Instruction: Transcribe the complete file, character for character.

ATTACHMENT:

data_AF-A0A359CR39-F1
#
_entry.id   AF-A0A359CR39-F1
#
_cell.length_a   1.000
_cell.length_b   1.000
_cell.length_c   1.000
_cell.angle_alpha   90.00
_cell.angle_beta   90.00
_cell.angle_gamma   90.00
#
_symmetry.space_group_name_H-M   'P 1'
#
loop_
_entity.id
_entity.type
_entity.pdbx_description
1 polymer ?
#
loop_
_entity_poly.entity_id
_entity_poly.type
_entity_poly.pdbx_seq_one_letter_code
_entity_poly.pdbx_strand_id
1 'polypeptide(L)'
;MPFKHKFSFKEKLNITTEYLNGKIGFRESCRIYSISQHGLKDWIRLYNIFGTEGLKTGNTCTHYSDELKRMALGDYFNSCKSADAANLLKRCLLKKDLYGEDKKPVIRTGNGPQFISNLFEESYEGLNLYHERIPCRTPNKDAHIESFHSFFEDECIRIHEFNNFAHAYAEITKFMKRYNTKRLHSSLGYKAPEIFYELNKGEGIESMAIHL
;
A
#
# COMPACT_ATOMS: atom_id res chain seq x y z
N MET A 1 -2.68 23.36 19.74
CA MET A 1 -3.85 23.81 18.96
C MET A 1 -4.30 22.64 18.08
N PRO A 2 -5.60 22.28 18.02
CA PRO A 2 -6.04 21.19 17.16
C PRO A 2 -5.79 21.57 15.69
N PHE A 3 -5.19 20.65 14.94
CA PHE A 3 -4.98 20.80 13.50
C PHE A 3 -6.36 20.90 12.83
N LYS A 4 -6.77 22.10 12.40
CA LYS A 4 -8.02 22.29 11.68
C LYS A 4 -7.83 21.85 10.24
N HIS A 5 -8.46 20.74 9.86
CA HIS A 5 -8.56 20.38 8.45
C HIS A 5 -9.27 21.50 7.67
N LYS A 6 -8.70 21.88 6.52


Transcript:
data_AF-A0A359CR39-F1
#
_entry.id   AF-A0A359CR39-F1
#
_cell.length_a   1.000
_cell.length_b   1.000
_cell.length_c   1.000
_cell.angle_alpha   90.00
_cell.angle_beta   90.00
_cell.angle_gamma   90.00
#
_symmetry.space_group_name_H-M   'P 1'
#
loop_
_entity.id
_entity.type
_entity.pdbx_description
1 polymer ?
#
loop_
_entity_poly.entity_id
_entity_poly.type
_entity_poly.pdbx_seq_one_letter_code
_entity_poly.pdbx_strand_id
1 'polypeptide(L)'
;MPFKHKFSFKEKLNITTEYLNGKIGFRESCRIYSISQHGLKDWIRLYNIFGTEGLKTGNTCTHYSDELKRMALGDYFNSCKSADAANLLKRCLLKKDLYGEDKKPVIRTGNGPQFISNLFEESYEGLNLYHERIPCRTPNKDAHIESFHSFFEDECIRIHEFNNFAHAYAEITKFMKRYNTKRLHSSLGYKAPEIFYELNKGEGIESMAIHL
;
A
#
# COMPACT_ATOMS: atom_id res chain seq x y z
N MET A 1 -2.68 23.36 19.74
CA MET A 1 -3.85 23.81 18.96
C MET A 1 -4.30 22.64 18.08
N PRO A 2 -5.60 22.28 18.02
CA PRO A 2 -6.04 21.19 17.16
C PRO A 2 -5.79 21.57 15.69
N PHE A 3 -5.19 20.65 14.94
CA PHE A 3 -4.98 20.80 13.50
C PHE A 3 -6.36 20.90 12.83
N LYS A 4 -6.77 22.10 12.40
CA LYS A 4 -8.02 22.29 11.68
C LYS A 4 -7.83 21.85 10.24
N HIS A 5 -8.46 20.74 9.86
CA HIS A 5 -8.56 20.38 8.45
C HIS A 5 -9.27 21.50 7.67
N LYS A 6 -8.70 21.88 6.52